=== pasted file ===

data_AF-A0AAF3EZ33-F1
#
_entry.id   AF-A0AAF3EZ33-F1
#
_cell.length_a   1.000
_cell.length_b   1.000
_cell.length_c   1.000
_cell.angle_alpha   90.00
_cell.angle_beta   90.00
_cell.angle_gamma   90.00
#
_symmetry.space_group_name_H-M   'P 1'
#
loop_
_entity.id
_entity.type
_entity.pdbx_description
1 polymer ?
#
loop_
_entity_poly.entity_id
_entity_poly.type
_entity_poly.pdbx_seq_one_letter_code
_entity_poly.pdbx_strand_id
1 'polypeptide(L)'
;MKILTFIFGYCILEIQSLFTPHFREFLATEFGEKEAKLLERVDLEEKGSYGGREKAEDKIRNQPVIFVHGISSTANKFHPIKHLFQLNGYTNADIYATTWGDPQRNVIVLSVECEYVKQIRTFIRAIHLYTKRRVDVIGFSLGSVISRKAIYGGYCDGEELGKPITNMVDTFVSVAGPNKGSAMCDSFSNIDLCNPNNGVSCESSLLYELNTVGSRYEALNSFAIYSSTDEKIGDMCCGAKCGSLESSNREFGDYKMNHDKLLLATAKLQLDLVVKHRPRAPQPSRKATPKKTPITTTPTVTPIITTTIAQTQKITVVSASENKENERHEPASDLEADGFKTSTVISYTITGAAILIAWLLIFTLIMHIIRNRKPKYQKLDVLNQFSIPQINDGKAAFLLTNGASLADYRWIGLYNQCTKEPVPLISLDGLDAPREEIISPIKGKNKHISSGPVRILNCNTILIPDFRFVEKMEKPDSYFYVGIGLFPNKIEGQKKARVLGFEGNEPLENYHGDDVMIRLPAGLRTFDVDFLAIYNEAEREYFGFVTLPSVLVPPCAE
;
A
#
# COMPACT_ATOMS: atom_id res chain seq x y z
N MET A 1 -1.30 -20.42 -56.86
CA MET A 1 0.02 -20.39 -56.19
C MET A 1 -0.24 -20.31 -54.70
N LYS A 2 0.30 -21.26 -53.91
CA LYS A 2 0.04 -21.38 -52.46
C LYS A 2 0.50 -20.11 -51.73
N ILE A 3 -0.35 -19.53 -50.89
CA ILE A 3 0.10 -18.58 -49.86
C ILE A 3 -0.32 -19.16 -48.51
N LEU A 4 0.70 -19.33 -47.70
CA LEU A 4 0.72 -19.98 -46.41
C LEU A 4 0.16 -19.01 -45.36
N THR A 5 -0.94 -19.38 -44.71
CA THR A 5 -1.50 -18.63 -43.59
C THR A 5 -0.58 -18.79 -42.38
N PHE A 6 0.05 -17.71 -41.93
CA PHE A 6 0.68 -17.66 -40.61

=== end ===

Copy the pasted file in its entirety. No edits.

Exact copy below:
data_AF-A0AAF3EZ33-F1
#
_entry.id   AF-A0AAF3EZ33-F1
#
_cell.length_a   1.000
_cell.length_b   1.000
_cell.length_c   1.000
_cell.angle_alpha   90.00
_cell.angle_beta   90.00
_cell.angle_gamma   90.00
#
_symmetry.space_group_name_H-M   'P 1'
#
loop_
_entity.id
_entity.type
_entity.pdbx_description
1 polymer ?
#
loop_
_entity_poly.entity_id
_entity_poly.type
_entity_poly.pdbx_seq_one_letter_code
_entity_poly.pdbx_strand_id
1 'polypeptide(L)'
;MKILTFIFGYCILEIQSLFTPHFREFLATEFGEKEAKLLERVDLEEKGSYGGREKAEDKIRNQPVIFVHGISSTANKFHPIKHLFQLNGYTNADIYATTWGDPQRNVIVLSVECEYVKQIRTFIRAIHLYTKRRVDVIGFSLGSVISRKAIYGGYCDGEELGKPITNMVDTFVSVAGPNKGSAMCDSFSNIDLCNPNNGVSCESSLLYELNTVGSRYEALNSFAIYSSTDEKIGDMCCGAKCGSLESSNREFGDYKMNHDKLLLATAKLQLDLVVKHRPRAPQPSRKATPKKTPITTTPTVTPIITTTIAQTQKITVVSASENKENERHEPASDLEADGFKTSTVISYTITGAAILIAWLLIFTLIMHIIRNRKPKYQKLDVLNQFSIPQINDGKAAFLLTNGASLADYRWIGLYNQCTKEPVPLISLDGLDAPREEIISPIKGKNKHISSGPVRILNCNTILIPDFRFVEKMEKPDSYFYVGIGLFPNKIEGQKKARVLGFEGNEPLENYHGDDVMIRLPAGLRTFDVDFLAIYNEAEREYFGFVTLPSVLVPPCAE
;
A
#
# COMPACT_ATOMS: atom_id res chain seq x y z
N MET A 1 -1.30 -20.42 -56.86
CA MET A 1 0.02 -20.39 -56.19
C MET A 1 -0.24 -20.31 -54.70
N LYS A 2 0.30 -21.26 -53.91
CA LYS A 2 0.04 -21.38 -52.46
C LYS A 2 0.50 -20.11 -51.73
N ILE A 3 -0.35 -19.53 -50.89
CA ILE A 3 0.10 -18.58 -49.86
C ILE A 3 -0.32 -19.16 -48.51
N LEU A 4 0.70 -19.33 -47.70
CA LEU A 4 0.72 -19.98 -46.41
C LEU A 4 0.16 -19.01 -45.36
N THR A 5 -0.94 -19.38 -44.71
CA THR A 5 -1.50 -18.63 -43.59
C THR A 5 -0.58 -18.79 -42.38
N PHE A 6 0.05 -17.71 -41.93
CA PHE A 6 0.68 -17.66 -40.61